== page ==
The USDA also reimburses each county school system for every breakfast and lunch that they serve in cafeterias -- somewhere between 50 cents and $3 per meal, depending on the income of the child's parents.
That funding is not in immediate danger, but faces uncertainty as the shutdown continues.
"Limited carryover funding will be available during a lapse to support FY 2014 meal service," the USDA wrote.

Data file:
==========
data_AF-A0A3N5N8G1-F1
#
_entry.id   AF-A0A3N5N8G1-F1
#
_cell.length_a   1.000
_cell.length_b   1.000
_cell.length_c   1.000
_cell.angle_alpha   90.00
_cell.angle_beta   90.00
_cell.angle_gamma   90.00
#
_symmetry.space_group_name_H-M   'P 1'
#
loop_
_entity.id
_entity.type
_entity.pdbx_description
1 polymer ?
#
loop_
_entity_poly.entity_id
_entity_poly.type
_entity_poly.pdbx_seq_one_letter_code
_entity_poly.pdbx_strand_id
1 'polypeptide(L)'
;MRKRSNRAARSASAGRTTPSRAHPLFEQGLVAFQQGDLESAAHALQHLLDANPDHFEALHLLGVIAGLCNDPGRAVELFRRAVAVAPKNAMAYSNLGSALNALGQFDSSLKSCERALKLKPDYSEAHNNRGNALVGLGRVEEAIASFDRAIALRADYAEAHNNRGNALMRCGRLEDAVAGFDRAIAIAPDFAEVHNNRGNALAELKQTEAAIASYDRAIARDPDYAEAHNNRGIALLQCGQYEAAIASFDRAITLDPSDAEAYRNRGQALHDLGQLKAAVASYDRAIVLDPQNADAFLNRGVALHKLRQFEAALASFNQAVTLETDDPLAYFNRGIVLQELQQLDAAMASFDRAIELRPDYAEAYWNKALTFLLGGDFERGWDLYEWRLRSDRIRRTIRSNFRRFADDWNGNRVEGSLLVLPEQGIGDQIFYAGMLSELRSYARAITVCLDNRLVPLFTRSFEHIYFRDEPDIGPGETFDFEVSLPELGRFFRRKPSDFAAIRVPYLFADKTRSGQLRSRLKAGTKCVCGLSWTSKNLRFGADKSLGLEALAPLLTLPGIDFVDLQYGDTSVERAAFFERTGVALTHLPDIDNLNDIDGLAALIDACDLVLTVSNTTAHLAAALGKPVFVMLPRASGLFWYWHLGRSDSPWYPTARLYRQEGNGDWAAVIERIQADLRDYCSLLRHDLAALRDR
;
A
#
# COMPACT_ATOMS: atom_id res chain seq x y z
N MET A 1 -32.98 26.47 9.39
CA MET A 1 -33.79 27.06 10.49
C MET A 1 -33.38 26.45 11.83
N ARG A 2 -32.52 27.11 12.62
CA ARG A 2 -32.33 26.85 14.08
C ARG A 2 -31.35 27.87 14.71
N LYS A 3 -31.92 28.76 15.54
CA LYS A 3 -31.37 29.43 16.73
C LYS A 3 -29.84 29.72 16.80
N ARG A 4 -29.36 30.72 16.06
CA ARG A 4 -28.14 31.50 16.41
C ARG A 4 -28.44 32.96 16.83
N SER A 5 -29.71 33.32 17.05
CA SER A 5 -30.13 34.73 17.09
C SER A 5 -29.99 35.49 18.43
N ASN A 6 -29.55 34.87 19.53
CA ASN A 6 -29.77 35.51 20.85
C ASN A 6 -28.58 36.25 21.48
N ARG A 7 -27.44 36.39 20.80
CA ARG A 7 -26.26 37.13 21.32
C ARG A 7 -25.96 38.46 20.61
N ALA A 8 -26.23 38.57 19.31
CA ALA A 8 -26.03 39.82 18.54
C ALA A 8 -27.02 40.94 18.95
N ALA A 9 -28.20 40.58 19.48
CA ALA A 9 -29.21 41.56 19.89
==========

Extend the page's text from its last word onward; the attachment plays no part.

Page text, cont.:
Liza Cordeiro, a spokeswoman for the state Department of Education, said that county school boards could count on federal meal money at least through October.
"Eventually counties would be on the hook for free and reduced lunch, but that's at least a month away," Cordeiro said.
Across the country, about 19,000 kids have been shut out of preschool because the shutdown has cut off funds to Head Start, a federal preschool program.
No Head Start programs in West Virginia have yet been affected because most of them run on a fiscal calendar that starts on Jan. 1, not Oct. 1, said Susan Stafford, the president of the state's Head Start association.
Reach David Gutman at david.gut...@wvgazette.com or 304-348-5119.